In James Scott's novel Weapons of the Weak: Everyday Forms of Peasant Resistance he plainly describes what can only be viewed as the worsening of the lives of the village poor in Sedaka, Malaysia. He attributes the increase in economic inequality to Malaysia's green revolution. Consequently, Scott analyzes the impact of these changes on the poor, sighting several causes.
The green revolution began in the 1970's in Malaysia. It was brought about by an advance in technology, a new form of high yielding seeds. These new seeds led to the ability to double crop, or have more than one crop yield per season. Also, many of the large farmers opted to bring in combine harvesters to increase the speed at which they could harvest, making it easier for them to double crop. These new technologies may seem economically beneficial to all if viewed by the untrained observer. However, those who benefited were few. These new developments only benefited the wealthiest in society, consequently leaving the poor even poorer for many reasons.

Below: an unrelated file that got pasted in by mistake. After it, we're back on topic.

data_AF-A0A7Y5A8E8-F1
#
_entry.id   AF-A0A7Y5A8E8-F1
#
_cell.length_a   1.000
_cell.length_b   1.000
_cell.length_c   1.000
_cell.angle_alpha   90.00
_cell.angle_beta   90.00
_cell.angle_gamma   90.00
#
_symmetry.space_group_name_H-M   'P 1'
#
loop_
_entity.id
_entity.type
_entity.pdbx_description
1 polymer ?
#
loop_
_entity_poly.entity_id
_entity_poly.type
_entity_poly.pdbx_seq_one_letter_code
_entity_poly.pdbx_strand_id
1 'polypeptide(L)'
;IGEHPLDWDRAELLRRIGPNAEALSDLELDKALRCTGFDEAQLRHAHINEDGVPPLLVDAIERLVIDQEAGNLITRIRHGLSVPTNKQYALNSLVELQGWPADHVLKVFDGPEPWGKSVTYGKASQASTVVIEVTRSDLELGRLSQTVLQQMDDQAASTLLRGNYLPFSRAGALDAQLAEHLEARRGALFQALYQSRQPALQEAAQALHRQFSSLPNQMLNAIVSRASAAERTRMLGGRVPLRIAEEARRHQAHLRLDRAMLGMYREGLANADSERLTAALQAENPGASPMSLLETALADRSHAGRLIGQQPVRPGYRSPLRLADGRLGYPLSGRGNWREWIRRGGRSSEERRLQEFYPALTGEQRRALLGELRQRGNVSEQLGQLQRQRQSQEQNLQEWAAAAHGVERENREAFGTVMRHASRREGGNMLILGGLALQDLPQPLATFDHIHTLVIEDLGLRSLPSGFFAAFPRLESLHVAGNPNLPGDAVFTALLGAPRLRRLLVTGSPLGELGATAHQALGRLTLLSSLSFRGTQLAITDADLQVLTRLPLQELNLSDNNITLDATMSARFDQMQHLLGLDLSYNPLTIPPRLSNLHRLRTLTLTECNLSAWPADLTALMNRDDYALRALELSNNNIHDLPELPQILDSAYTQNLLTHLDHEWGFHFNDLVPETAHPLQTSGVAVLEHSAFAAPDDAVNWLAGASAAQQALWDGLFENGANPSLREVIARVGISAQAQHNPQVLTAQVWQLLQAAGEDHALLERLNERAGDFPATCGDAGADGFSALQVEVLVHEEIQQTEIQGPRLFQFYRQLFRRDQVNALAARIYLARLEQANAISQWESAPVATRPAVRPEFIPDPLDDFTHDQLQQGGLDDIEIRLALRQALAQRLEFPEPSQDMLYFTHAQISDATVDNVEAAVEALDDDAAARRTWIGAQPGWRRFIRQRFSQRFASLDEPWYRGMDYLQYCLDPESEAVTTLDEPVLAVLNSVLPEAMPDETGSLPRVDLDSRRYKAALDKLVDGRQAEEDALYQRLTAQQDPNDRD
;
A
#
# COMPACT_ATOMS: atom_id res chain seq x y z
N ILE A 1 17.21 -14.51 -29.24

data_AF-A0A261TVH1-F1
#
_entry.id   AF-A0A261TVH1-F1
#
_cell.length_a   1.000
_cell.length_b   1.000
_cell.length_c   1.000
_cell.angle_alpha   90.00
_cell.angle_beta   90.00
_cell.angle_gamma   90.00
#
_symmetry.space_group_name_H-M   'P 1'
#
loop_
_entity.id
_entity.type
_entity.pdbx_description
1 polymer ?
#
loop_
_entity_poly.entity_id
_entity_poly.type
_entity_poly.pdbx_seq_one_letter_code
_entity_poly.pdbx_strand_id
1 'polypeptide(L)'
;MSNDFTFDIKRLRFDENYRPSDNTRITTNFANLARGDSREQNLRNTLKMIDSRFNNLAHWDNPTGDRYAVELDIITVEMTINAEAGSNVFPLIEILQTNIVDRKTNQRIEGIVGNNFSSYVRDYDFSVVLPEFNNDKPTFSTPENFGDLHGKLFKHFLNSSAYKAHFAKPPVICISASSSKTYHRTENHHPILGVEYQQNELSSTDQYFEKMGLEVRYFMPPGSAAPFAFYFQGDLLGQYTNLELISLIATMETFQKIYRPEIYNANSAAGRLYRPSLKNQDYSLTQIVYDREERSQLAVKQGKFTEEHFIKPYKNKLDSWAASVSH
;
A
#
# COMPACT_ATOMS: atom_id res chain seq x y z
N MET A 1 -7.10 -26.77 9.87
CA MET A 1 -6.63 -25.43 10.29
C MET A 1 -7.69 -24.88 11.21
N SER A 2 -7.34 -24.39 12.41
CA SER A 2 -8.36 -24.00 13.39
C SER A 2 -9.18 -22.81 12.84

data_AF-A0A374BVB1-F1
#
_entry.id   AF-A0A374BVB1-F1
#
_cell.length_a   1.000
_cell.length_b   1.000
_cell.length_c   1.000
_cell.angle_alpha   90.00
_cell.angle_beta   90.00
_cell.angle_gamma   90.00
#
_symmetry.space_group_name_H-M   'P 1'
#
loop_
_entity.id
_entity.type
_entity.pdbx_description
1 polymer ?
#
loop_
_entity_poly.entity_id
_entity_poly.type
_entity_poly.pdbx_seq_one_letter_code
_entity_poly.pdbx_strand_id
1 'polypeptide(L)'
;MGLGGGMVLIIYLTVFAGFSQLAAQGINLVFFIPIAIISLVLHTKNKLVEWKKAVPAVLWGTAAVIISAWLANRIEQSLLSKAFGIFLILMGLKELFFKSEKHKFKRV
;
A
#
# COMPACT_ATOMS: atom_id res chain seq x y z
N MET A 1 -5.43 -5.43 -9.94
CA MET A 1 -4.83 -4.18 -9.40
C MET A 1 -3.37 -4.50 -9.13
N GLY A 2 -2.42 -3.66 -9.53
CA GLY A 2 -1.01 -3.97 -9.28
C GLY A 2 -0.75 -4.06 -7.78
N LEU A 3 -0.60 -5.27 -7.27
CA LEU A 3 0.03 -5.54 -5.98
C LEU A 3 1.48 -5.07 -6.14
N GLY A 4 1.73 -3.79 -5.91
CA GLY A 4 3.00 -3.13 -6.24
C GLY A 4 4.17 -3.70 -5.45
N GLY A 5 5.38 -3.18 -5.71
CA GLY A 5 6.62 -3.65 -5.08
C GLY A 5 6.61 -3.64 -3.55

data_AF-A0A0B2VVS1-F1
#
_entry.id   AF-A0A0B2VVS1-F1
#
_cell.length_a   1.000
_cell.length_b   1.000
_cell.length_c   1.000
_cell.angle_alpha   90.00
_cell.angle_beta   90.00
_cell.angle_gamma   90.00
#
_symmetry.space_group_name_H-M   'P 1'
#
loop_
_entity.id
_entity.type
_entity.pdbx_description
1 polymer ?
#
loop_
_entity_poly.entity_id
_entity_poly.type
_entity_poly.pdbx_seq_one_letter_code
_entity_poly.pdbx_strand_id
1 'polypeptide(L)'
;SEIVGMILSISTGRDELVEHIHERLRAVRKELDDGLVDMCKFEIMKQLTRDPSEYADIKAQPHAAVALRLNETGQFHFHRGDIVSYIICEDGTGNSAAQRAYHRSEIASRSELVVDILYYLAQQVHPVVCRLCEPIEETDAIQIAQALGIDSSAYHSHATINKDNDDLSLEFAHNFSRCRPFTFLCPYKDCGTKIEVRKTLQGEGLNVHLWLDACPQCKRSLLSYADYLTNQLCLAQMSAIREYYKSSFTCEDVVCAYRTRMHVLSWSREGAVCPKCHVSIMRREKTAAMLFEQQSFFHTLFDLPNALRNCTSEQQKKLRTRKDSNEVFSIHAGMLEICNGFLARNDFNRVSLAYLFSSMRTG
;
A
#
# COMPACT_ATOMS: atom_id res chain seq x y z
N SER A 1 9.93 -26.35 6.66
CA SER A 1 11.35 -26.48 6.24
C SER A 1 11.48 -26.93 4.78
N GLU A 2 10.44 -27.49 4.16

More than anything the combine harvesters led to the increased troubles of Sedaka's poor. "Combine harvesting has meant, then, a loss of nearly half the wages previously received for paddy work by the poorer strata of Muda's peasantry (76)". Combine harvesters were valued by many large farmers as brilliant new technology. It allowed for them to eliminate the need of a labor force for cutting and threshing. "By the irrigated season of 1979
they (combine harvesters) were harvesting fully 60 percent of Sedaka's patty land. A year later they were harvesting more than 80 percent (115)". Transplanting was the only work left for patty workers in Sedaka. Thus a problem presented itself for the one-quarter of Sedaka's population who subsisted solely from wage labor. Combine harvesters also allowed for large farmers to take up the practice of broadcasting, which took work away from those who helped with the pre-season planting. The...
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